“To protect users, we regularly pause ads for a discrete period over unpredictable, 'sensitive' events when ads can be used to exploit the event or amplify misleading information," Google said in reply to an AFP inquiry.
"While we no longer consider this post-election period to be a sensitive event, we will continue to rigorously enforce our ads policies, which strictly prohibit demonstrably false information that could significantly undermine trust in elections or the democratic process."
Google-owned YouTube, however, has been hammered with criticism for continuing to host videos spreading misinformation aimed at undermining the results of the election.
The position changed on Wednesday with a ban being rolled out at the leading video-sharing platform.
A "safe harbour deadline" for the election passed on Tuesday, with enough states certifying election results to make former vice president Biden the winner, the platform said.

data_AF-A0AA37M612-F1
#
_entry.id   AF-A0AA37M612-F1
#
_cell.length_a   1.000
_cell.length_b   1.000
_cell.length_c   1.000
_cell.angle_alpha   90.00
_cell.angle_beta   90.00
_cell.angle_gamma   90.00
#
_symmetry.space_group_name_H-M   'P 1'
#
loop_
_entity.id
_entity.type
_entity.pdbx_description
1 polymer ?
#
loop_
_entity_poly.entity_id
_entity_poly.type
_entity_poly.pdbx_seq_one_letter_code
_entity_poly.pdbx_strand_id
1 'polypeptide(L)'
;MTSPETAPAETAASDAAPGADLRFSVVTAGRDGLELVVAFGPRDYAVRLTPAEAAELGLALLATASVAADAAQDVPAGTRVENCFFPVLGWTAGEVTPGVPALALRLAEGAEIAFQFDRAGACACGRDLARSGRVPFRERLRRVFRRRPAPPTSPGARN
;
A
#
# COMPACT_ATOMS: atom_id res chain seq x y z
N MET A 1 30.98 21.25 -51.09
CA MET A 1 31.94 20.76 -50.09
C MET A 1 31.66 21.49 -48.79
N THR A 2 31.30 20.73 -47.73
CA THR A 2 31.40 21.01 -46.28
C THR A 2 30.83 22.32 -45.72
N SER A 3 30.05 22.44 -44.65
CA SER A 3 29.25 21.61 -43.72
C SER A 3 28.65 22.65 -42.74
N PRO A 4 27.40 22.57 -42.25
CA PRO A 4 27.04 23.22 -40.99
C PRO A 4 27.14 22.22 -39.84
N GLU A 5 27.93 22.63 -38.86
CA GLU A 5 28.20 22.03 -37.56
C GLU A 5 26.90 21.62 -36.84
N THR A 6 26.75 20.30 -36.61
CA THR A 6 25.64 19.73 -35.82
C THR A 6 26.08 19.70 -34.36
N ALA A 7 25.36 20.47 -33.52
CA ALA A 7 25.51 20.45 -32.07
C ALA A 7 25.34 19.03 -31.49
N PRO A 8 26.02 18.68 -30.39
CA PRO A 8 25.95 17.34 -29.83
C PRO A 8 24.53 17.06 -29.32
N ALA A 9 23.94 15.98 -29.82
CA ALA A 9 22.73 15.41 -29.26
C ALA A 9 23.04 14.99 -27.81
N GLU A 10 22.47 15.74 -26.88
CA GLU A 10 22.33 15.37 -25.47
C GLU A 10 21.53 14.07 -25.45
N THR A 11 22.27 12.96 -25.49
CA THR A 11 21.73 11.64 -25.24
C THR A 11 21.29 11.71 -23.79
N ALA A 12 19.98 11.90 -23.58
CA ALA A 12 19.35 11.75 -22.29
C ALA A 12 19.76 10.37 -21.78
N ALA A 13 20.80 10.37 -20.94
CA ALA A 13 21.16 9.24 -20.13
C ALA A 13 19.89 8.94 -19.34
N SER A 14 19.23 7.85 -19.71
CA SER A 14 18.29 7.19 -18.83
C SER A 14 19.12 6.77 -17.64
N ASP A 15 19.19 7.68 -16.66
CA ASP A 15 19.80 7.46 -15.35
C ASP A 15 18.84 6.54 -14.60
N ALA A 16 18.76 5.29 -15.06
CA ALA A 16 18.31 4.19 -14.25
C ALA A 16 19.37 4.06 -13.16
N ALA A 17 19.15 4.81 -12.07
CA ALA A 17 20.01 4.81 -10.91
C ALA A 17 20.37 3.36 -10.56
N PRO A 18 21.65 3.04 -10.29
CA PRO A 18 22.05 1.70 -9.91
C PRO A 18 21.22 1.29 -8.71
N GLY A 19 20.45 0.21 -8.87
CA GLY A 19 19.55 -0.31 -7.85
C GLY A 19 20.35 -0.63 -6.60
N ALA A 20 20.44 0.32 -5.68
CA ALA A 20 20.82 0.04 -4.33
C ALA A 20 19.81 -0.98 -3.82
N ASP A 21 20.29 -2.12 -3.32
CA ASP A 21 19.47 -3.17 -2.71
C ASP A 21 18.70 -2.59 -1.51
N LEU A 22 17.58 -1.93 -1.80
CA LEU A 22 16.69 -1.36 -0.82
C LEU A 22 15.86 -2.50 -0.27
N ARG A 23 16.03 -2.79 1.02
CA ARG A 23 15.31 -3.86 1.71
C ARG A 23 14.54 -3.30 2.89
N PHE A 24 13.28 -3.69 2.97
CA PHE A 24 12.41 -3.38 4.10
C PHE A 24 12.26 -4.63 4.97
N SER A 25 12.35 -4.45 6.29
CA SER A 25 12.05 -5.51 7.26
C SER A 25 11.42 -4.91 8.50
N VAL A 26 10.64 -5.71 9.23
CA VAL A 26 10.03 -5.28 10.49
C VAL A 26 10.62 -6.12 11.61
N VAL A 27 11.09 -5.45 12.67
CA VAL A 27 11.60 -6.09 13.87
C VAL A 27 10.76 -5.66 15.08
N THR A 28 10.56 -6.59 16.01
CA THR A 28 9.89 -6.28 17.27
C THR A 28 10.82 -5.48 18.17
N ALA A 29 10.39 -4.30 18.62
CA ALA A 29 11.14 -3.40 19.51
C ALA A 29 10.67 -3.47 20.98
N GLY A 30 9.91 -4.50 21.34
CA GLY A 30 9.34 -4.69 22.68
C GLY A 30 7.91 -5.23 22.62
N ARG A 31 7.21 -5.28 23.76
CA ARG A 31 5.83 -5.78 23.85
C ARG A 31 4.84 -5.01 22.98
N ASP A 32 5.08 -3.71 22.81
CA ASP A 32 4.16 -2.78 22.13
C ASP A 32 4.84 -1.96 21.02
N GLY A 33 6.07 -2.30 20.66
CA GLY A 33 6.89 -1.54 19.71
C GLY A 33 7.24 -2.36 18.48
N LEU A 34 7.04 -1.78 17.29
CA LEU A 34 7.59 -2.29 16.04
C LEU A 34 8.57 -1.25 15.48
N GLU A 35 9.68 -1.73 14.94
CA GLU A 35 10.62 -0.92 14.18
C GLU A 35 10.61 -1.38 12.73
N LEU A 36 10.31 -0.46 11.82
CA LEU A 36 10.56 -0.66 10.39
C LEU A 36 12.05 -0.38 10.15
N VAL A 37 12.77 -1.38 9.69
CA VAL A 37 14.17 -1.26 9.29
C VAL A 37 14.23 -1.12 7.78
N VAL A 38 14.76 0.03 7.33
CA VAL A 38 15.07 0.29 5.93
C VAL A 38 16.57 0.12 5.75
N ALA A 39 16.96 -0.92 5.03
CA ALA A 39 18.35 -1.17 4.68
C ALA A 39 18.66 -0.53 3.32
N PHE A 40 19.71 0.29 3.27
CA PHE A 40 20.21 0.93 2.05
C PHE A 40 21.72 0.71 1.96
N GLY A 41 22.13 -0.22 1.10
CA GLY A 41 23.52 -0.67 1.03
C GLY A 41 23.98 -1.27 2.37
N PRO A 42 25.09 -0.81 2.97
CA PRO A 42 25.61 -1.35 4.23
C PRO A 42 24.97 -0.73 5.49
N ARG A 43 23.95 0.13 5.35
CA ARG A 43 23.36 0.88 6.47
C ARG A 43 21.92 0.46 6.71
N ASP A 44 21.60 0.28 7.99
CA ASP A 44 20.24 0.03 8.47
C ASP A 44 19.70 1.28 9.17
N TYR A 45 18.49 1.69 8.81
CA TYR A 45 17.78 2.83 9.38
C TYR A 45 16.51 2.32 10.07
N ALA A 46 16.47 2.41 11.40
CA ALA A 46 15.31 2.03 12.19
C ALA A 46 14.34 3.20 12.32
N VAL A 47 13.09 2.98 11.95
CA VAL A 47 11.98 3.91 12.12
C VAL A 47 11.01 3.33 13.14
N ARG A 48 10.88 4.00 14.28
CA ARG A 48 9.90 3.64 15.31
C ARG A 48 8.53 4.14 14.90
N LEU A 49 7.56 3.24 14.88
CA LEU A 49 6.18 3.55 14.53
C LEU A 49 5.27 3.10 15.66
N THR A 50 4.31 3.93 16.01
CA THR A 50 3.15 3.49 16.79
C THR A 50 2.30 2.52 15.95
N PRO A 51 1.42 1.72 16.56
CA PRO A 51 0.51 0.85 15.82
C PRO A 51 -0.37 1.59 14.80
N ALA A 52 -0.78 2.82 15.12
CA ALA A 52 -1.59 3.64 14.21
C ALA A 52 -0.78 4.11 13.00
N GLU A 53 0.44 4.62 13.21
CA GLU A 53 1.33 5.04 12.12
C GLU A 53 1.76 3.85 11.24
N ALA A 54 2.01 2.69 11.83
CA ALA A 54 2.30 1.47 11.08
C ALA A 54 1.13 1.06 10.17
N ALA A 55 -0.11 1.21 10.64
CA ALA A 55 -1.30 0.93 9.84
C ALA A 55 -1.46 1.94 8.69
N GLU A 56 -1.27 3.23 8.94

"Given that, we will start removing any piece of content uploaded today (or anytime after) that misleads people by alleging that widespread fraud or errors changed the outcome of the 2020 US presidential election," YouTube said in a blog post.
The move is in keeping with YouTube practice during previous US elections, according to YouTube.
Videos removed will include those with claims of software glitches or counting errors affecting the outcome of the vote.
"As always, news coverage and commentary on these issues can remain on our site if there's sufficient education, documentary, scientific or artistic context," YouTube said.
Only a small portion of YouTube viewing has been election-related content, with the bulk of that generated by authoritative news sources, according to the company.
The US Supreme Court dealt the latest blow Tuesday to Donald Trump's effort to overturn his election loss when it denied his allies' attempt to block the certification of votes in key state Pennsylvania.
More than a month since the November 3 election, Trump still refuses to concede to Democrat Biden, who has a seven million-vote lead, and continues to make baseless claims of fraud.
Facebook did not respond to a query about plans regarding is suspension of post-election political advertisements, which remained in effect.